There is still the fear, there is still the existential dread. But after my first meeting –and I plan on attending more – there’s also a renewed urgency to my life. We’re all here for a finite amount of time. Ignoring that fact doesn’t buy you a few extra years. We’re all born and we all die, but it’s the bit in the middle that really counts.

Complete Article HERE!

‘The most peaceful sleep’

Cancer is nudging me to picture dying in a new way

By Adam Philip Stern

“It was the most peaceful sleep.” That’s how my paternal grandmother referred to the time she was technically dead for several minutes before doctors shocked her back to life. She lived another decade after that, but never once to my knowledge expressed a fear of dying.

As I trained to become a physician-scientist with a focus on neuropsychiatric disorders, I often thought of my grandmother’s description of temporary death. I learned that there were credible physiologic explanations for her to have experienced death as an immensely restful sleep.

It’s an idea that resonates even more strongly with me since I was diagnosed with metastatic kidney cancer. I fervently hope my superstar medical team will help me outrun this disease for many years to come, but I must also face the possibility that I could die young. That initially frightened me in the expected ways. What does it feel like to die? What if I experience a bad death with tubes going into or coming out of every orifice, or my ribs being cracked as doctors try to restart my heart?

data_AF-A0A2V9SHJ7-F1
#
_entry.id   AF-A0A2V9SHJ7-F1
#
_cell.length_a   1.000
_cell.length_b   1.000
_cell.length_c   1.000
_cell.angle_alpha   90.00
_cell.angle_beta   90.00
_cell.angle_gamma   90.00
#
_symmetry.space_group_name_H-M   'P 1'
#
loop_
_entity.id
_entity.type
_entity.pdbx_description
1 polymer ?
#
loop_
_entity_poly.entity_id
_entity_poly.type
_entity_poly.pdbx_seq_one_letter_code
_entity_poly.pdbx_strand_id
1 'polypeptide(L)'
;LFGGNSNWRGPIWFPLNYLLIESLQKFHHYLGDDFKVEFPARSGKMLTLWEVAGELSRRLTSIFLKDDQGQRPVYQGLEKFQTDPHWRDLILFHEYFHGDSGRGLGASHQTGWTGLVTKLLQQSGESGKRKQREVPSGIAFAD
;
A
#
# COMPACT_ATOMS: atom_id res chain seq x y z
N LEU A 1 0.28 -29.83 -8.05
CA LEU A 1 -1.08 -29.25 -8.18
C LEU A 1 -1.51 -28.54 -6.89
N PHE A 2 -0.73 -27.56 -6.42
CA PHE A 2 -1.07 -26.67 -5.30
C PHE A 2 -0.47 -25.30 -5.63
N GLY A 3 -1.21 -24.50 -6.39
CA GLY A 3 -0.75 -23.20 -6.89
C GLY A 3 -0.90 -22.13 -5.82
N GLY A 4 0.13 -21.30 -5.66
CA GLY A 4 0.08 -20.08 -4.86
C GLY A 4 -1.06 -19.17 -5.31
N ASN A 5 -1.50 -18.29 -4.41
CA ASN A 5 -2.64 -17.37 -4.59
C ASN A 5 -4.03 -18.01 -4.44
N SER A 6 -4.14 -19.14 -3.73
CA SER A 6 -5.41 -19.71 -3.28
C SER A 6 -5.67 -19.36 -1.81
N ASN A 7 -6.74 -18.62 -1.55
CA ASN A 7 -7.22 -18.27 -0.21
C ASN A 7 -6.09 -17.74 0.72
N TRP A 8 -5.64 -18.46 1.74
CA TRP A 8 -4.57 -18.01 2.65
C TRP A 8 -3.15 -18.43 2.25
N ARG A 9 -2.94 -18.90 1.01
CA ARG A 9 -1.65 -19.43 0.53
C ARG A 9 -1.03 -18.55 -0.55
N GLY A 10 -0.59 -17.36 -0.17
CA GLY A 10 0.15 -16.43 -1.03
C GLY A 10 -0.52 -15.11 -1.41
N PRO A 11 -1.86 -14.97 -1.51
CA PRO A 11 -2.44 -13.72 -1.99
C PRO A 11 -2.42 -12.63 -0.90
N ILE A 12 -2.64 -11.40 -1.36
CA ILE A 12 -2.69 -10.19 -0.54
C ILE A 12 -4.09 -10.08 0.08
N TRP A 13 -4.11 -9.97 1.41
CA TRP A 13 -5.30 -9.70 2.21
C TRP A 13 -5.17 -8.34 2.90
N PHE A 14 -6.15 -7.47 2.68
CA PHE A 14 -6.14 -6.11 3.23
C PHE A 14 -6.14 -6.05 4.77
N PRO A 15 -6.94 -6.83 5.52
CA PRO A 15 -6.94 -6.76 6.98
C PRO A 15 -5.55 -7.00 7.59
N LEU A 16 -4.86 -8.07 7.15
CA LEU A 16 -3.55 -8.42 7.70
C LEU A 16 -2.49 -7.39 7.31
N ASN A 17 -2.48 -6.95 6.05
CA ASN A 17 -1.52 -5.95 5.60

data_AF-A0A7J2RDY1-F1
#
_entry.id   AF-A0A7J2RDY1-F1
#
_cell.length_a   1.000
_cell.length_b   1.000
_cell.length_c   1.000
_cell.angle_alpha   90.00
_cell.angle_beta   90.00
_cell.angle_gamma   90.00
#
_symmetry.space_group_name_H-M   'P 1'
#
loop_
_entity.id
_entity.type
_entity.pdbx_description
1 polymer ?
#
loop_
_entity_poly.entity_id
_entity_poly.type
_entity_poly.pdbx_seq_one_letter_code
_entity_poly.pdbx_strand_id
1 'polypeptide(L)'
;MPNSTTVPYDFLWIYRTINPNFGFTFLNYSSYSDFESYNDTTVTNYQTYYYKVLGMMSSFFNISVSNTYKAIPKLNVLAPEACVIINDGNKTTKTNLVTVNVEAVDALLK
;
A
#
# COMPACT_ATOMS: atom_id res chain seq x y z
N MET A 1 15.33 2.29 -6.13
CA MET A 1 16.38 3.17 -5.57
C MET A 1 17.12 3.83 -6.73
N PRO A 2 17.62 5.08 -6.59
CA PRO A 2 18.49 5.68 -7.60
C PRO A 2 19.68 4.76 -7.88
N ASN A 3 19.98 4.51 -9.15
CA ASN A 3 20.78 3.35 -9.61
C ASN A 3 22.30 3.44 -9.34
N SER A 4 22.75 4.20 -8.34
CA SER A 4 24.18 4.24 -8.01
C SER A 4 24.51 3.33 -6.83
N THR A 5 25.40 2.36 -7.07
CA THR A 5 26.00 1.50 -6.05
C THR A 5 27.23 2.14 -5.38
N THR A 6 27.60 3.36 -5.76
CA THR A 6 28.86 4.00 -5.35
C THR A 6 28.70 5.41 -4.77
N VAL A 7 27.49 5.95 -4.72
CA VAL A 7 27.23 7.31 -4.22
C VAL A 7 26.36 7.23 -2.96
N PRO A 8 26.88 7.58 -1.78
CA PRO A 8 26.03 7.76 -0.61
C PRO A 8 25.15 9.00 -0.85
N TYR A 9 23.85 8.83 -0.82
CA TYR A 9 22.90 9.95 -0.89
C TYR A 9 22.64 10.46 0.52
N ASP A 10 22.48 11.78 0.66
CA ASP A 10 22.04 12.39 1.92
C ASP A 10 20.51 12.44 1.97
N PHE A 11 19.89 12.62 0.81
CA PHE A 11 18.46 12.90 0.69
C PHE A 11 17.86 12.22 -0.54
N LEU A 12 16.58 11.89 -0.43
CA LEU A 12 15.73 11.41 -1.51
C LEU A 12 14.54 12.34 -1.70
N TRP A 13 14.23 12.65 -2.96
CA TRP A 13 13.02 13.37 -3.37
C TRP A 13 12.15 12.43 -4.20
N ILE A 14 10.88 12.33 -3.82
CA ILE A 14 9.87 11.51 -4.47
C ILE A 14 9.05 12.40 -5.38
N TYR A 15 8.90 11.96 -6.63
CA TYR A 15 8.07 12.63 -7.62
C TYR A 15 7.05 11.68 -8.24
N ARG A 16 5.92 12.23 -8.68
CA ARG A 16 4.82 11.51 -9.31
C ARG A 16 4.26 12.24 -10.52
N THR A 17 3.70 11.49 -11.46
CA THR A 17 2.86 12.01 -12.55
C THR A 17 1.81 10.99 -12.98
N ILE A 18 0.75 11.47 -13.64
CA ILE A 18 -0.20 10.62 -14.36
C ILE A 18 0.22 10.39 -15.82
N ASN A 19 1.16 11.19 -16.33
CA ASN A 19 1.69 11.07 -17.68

A recent experience with an endoscopy to find the source of cramping and vomiting after I ate muted those fears. As I laid on the gurney, the nurse let me know I would soon be getting medicine through the intravenous line: a little something to help me relax, to prevent pain, and to have no memory of the procedure, during which I would be partly awake.

As the fentanyl and midazolam began flowing into my vein, the last memory I had is feeling totally at peace. It was the most content I can ever recall feeling. I am thankful to have never struggled with addiction, but that moment gave me a better understanding of why people seek such a feeling no matter the cost.

What has stuck with me since that procedure is the sense that leaving the world does not have to be gruesome, and might even be the best feeling ever, just like my grandmother described it.

There are, of course, physiologic explanations for why peace may accompany dying.

As the brain begins to adapt to oxygen deprivation, its noncritical regions begin to shut down, turning off for individuals who are actively dying the burdens of complex neurologic tasks like risk aversion, problem solving, and anticipatory worry that weigh on us during our waking lives. While these brain activities keep us alert and feeling attached to our bodies, tamping them down may account for the feeling of lightness, even floating above the body, which many near-death survivors describe.